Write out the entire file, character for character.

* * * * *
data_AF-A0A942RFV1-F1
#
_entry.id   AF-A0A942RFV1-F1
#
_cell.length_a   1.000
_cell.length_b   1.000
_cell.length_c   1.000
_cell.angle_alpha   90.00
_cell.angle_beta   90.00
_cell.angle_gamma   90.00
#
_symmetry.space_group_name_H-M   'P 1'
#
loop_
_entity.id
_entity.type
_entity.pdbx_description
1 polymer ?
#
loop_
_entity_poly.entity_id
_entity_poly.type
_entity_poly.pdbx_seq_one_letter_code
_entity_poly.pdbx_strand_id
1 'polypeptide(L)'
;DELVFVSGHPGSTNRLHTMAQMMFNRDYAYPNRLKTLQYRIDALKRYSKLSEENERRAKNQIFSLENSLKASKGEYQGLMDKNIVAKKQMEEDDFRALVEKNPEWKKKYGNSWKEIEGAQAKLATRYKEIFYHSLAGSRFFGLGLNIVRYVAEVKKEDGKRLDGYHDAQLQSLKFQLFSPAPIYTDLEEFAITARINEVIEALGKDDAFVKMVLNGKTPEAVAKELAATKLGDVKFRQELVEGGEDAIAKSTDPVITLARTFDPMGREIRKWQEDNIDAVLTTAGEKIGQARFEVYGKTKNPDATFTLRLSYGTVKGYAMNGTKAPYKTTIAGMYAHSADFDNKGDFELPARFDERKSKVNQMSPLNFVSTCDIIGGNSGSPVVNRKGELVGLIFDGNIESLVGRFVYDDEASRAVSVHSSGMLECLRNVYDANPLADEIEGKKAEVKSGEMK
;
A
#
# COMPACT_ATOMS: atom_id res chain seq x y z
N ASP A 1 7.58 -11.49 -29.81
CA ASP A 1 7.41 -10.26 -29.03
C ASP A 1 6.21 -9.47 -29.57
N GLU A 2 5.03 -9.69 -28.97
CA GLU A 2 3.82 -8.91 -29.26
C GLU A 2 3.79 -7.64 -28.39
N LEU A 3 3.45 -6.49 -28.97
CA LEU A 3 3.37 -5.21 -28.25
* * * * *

data_AF-A0A942RFV1-F1
#
_entry.id   AF-A0A942RFV1-F1
#
_cell.length_a   1.000
_cell.length_b   1.000
_cell.length_c   1.000
_cell.angle_alpha   90.00
_cell.angle_beta   90.00
_cell.angle_gamma   90.00
#
_symmetry.space_group_name_H-M   'P 1'
#
loop_
_entity.id
_entity.type
_entity.pdbx_description
1 polymer ?
#
loop_
_entity_poly.entity_id
_entity_poly.type
_entity_poly.pdbx_seq_one_letter_code
_entity_poly.pdbx_strand_id
1 'polypeptide(L)'
;DELVFVSGHPGSTNRLHTMAQMMFNRDYAYPNRLKTLQYRIDALKRYSKLSEENERRAKNQIFSLENSLKASKGEYQGLMDKNIVAKKQMEEDDFRALVEKNPEWKKKYGNSWKEIEGAQAKLATRYKEIFYHSLAGSRFFGLGLNIVRYVAEVKKEDGKRLDGYHDAQLQSLKFQLFSPAPIYTDLEEFAITARINEVIEALGKDDAFVKMVLNGKTPEAVAKELAATKLGDVKFRQELVEGGEDAIAKSTDPVITLARTFDPMGREIRKWQEDNIDAVLTTAGEKIGQARFEVYGKTKNPDATFTLRLSYGTVKGYAMNGTKAPYKTTIAGMYAHSADFDNKGDFELPARFDERKSKVNQMSPLNFVSTCDIIGGNSGSPVVNRKGELVGLIFDGNIESLVGRFVYDDEASRAVSVHSSGMLECLRNVYDANPLADEIEGKKAEVKSGEMK
;
A
#
# COMPACT_ATOMS: atom_id res chain seq x y z
N ASP A 1 7.58 -11.49 -29.81
CA ASP A 1 7.41 -10.26 -29.03
C ASP A 1 6.21 -9.47 -29.57
N GLU A 2 5.03 -9.69 -28.97
CA GLU A 2 3.82 -8.91 -29.26
C GLU A 2 3.79 -7.64 -28.39
N LEU A 3 3.45 -6.49 -28.97
CA LEU A 3 3.37 -5.21 -28.25